Current biomechanical studies disagree about whether elbow torque while throwing on flat ground is less, greater, or the same as when pitching on a mound.23–25 Regardless of mound height, the real solution is for young pitchers to do less full-effort pitching and more sub-maximal throwing (practice throws, playing other positions, playing other sports). To become a successful adult pitcher, the youth should not strive to be a “youth pitcher” but instead should be a young athlete that is a good pitcher.

“Baseball in Latin America must be doing something right, because the prevalence of Tommy John surgery is so low among professional pitchers from Latin America.”
Not true. A recent survey revealed no difference in the prevalence of Tommy John surgery between pitchers from the U.S. and pitchers from Latin America. The survey showed that 16% of U.S. born-pitchers and 16% of Latin American pitchers in professional baseball have a history of Tommy John surgery.


  1. Optimize pitching mechanics to ensure using the whole body in a coordinated sequence (kinetic chain). A biomechanical analysis is recommended, as it provides objective data to the pitching coach, strength coach, and pitcher. A biomechanical analysis can also serve as a baseline for re-evaluation later in the pitcher’s career, after performance improvement or after return from injury.
  2. Vary speeds for each of your pitch types. This will not only reduce the overuse on the elbow, but also can be an effective strategy. The best professional pitchers pitch with a range of ball velocity, good ball movement, good control, and consistent mechanics among their pitches. The professional pitcher’s objectives are to prevent baserunners and runs, not to light up the radar gun.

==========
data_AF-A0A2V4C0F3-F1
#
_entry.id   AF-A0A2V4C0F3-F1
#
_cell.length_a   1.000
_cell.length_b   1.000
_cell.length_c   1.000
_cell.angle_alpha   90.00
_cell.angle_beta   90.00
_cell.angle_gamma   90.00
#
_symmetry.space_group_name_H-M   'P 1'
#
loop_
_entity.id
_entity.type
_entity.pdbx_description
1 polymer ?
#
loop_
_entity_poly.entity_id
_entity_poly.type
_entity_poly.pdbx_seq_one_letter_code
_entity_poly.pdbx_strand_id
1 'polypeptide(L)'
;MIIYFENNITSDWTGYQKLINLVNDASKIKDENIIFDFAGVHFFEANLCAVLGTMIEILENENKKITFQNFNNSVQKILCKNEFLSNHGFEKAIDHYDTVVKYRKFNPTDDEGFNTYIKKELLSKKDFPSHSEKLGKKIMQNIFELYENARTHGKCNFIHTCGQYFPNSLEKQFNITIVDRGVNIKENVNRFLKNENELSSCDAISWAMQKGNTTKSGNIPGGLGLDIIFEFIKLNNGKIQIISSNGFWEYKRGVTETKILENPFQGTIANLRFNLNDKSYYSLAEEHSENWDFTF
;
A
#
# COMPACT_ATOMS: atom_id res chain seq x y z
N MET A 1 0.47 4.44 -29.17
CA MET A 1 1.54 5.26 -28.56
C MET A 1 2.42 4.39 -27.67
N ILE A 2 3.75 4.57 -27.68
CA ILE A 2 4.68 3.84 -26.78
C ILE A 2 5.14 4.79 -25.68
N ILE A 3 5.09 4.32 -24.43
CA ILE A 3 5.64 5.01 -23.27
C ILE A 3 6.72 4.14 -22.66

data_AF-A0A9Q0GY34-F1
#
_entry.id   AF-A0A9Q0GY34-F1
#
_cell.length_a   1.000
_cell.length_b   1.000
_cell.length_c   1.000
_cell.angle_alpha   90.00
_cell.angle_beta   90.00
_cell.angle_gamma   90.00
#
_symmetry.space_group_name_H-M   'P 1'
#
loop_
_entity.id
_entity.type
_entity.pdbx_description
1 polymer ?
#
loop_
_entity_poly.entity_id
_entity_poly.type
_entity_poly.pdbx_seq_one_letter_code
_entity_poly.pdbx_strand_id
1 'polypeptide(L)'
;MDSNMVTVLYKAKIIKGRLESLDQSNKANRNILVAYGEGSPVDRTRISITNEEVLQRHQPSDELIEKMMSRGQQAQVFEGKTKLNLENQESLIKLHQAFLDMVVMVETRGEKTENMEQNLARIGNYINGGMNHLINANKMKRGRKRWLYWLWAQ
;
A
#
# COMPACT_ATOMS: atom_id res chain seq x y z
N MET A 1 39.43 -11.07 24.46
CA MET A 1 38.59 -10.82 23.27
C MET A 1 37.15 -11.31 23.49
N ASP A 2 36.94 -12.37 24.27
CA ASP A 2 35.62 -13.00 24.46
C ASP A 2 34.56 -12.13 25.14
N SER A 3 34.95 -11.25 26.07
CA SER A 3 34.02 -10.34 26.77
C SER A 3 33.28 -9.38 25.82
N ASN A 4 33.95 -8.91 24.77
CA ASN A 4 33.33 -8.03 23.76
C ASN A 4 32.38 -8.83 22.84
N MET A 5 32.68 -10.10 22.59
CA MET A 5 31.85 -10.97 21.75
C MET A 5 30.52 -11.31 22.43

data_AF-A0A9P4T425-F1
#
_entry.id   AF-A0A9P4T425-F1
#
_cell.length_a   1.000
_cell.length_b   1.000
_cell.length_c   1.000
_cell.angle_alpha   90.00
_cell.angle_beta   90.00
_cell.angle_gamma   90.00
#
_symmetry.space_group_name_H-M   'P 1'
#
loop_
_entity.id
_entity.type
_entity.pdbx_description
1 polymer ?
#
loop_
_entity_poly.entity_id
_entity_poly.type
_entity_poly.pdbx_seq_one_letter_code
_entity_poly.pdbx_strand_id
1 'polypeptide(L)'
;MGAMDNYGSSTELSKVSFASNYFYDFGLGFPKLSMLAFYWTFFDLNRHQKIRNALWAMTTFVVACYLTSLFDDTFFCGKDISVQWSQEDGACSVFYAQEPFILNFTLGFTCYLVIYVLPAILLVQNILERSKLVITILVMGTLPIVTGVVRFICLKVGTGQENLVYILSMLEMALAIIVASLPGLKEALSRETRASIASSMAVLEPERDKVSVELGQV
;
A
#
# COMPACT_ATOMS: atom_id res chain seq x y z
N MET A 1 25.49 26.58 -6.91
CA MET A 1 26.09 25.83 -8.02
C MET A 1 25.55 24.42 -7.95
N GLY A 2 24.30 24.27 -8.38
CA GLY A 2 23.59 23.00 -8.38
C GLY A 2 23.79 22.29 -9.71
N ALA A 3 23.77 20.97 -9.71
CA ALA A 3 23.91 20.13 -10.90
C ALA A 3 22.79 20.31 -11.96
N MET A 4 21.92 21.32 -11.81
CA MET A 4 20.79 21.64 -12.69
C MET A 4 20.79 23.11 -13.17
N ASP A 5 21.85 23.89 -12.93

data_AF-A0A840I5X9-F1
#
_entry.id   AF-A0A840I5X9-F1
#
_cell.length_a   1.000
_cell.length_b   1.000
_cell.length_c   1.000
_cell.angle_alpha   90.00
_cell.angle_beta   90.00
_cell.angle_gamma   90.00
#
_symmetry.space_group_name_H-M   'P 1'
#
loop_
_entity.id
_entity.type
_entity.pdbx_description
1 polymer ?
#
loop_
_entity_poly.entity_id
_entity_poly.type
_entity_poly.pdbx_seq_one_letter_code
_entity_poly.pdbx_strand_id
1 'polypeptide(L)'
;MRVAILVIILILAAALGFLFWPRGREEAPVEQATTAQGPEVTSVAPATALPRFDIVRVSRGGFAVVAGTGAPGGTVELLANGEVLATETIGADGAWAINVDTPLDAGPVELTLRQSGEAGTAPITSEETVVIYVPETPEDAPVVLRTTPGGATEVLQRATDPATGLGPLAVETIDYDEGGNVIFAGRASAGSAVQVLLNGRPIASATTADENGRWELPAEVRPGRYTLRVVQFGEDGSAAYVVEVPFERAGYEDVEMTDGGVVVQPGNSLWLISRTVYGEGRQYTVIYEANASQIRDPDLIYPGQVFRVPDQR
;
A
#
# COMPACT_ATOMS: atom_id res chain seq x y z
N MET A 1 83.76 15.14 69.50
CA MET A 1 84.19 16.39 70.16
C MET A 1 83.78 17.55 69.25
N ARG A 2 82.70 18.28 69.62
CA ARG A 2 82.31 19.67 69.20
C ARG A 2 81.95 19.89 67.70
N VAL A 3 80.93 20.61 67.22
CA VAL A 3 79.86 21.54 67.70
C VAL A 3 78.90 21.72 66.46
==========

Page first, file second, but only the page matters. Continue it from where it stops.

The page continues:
3. Open communication between a pitcher and his professional coaching and medical staff is paramount. The pitcher’s elbow and body are living tissue. Pitching and training create small tears in the tissue; rest, nutrition, and hydration repair the tears. A pitcher and his team should have a plan, but that plan needs to be monitored and sometimes adjusted depending on how the pitcher feels. Specifically, the pitcher should keep his trainer or coach up to date about any soreness, stiffness, and pain. That way when there is an issue, the player and team can consider rest, modified activity, or examination from the team physician to allow the elbow to heal and avert serious injury.
  4. The pitching coach needs to watch for signs of fatigue on the mound. This could be seen in-game as well as in bullpen sessions.
  5. The team trainers, coaches, medical staff, and front office must share knowledge in a holistic approach to minimize the risk of injury.
  6. Flat-ground throwing drills and bullpen sessions should not always be at maximum effort. Reduced effort will allow for physical fitness and technique without adding undue stress to the UCL.
  7. Take off at least two consecutive months each year from all throwing. During this “active rest” period, you can do other physical activities and exercises, as well as continue proper nutrition. The UCL and body need time to recover and build strength, so the concept of annual periodization should include adequate rest from pitching.
  8. Exercise, rest, and nutrition are vital for a pitcher’s health. Performance-Enhancing Drugs (PEDs) may enable the athlete to achieve disproportionately strong muscles that overwhelm the UCL and lead to injury.
  9. Pitchers with high ball velocity are at increased risk of injury. The higher the ball velocity, the more important to follow the guidelines above.